A poem by Will Burns.
Bastardised breakfast of eggs
and whatever else we had to hand,
the morning heavy-pressed
and failing us as we walk out on the beach.
Crows picking goods out of the seaweed.
Tell it how it used to be—
tractors on the sand, lifting the kelp
to lay on the fields after the potatoes.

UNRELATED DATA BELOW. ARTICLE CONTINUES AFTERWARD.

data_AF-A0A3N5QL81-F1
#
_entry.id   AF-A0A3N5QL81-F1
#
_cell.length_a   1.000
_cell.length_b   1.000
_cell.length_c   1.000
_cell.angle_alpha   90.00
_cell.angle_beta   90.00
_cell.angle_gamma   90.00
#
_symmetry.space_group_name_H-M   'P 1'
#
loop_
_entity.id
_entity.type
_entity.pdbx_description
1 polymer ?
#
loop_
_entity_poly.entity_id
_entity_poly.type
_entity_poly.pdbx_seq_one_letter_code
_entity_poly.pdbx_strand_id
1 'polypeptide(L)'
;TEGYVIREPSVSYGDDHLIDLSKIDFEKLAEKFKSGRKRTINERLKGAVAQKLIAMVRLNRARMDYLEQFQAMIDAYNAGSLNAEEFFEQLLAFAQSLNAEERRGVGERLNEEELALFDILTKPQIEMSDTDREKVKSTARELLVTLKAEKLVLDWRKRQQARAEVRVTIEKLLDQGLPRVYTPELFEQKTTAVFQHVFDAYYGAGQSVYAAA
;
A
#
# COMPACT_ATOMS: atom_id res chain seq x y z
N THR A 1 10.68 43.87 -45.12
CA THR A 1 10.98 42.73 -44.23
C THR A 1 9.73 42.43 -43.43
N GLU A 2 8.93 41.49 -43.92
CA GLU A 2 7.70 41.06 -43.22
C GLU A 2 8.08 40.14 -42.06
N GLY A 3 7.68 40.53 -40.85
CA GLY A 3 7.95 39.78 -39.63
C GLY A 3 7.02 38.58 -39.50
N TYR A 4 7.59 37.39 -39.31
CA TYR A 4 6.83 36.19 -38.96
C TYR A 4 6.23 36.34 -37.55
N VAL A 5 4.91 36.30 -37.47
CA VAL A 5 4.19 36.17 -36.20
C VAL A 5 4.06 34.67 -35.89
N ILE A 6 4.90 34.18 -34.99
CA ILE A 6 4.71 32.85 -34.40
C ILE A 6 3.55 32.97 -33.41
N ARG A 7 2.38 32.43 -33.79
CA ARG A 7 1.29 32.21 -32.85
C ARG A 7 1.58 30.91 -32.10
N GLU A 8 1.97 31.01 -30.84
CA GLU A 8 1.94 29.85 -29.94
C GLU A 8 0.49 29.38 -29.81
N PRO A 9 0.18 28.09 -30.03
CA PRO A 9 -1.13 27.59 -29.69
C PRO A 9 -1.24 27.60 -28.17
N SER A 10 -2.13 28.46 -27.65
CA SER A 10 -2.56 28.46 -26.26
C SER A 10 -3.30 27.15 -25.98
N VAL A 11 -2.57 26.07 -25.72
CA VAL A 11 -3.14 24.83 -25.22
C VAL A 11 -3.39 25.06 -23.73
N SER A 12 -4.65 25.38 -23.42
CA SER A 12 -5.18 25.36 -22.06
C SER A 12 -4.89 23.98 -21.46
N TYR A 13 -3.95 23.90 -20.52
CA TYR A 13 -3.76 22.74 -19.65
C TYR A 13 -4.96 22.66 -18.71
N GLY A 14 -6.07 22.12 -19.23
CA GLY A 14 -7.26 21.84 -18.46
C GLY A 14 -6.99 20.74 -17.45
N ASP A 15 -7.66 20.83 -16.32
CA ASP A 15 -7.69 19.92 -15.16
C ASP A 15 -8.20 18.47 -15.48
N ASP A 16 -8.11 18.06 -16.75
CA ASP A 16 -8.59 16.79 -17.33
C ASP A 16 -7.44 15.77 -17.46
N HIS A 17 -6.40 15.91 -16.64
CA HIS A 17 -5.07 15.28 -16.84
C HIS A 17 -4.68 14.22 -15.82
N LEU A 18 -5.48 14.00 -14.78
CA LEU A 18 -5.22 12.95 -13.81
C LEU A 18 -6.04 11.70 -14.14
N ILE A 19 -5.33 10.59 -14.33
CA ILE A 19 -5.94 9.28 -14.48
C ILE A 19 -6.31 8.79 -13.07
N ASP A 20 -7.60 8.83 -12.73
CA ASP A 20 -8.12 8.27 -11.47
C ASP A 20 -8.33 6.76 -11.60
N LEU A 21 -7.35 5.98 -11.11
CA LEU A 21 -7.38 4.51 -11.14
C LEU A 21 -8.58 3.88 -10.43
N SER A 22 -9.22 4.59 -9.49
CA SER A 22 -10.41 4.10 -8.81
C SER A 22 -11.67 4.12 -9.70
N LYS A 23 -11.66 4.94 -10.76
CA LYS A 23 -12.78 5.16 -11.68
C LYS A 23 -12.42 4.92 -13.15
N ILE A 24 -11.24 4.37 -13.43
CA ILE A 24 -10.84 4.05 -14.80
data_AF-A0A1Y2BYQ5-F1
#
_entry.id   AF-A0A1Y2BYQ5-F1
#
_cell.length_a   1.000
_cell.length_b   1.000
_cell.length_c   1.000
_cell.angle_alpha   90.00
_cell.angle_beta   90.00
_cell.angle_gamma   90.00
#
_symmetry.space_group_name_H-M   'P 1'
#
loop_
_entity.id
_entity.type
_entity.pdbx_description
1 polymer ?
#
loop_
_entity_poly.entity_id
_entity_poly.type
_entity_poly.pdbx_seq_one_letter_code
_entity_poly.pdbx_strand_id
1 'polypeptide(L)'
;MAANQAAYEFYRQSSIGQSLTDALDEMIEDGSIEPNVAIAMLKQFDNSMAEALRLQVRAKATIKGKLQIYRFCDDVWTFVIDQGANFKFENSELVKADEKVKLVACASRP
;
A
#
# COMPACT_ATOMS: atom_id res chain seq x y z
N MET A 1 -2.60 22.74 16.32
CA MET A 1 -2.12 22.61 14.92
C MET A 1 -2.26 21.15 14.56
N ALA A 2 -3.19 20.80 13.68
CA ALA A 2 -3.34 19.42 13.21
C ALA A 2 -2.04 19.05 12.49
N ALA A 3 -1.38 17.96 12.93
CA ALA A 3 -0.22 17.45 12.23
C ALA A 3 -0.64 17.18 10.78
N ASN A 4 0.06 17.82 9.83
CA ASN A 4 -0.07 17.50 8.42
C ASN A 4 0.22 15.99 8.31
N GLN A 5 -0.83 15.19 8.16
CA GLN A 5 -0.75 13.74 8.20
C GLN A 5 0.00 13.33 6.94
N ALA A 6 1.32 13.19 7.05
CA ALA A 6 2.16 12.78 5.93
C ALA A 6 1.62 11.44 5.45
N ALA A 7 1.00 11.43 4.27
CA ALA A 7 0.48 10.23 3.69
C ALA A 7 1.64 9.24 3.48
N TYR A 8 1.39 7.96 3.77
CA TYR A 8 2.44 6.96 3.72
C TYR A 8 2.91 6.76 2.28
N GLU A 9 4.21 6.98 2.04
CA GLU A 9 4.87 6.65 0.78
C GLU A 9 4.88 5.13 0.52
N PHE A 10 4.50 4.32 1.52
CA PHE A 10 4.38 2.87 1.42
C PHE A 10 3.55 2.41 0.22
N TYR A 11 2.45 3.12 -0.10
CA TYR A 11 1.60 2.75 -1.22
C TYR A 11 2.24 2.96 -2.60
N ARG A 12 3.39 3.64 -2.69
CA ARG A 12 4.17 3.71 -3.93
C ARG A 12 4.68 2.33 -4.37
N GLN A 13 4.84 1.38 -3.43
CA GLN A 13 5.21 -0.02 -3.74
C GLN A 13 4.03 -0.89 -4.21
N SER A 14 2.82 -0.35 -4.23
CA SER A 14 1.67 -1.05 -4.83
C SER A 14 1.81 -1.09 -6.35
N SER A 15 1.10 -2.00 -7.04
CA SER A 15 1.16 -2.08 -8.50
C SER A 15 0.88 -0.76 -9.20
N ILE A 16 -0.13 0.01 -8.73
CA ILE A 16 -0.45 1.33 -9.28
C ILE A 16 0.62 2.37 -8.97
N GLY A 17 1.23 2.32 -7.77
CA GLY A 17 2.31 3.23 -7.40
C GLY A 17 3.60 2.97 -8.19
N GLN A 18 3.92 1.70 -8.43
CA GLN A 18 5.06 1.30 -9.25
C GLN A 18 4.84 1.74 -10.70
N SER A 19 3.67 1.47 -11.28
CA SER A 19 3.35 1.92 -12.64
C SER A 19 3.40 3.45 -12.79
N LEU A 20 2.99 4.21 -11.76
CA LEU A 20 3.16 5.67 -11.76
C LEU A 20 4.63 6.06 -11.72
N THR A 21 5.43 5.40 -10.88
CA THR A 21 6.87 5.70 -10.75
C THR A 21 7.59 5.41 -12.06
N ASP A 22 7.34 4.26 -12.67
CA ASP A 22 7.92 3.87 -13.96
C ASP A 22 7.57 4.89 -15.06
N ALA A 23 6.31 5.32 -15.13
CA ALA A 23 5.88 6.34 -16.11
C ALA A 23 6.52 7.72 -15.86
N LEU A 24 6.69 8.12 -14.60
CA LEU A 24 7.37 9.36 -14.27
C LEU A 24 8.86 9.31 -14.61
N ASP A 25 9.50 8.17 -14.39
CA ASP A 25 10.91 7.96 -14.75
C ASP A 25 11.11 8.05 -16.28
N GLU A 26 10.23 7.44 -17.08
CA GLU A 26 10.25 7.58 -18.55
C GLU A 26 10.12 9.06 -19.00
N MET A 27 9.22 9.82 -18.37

Thin soil that needs all the help it can get.
Dogs and dogfish, surf, black backed gulls.
Rough star thistle in the dunes.
Enough to see it nestled here into its island name.
Who cares about our lost parents,
their gardens gone over, their farms bust
and overgrown, their forest paradise
sunk somewhere out to sea.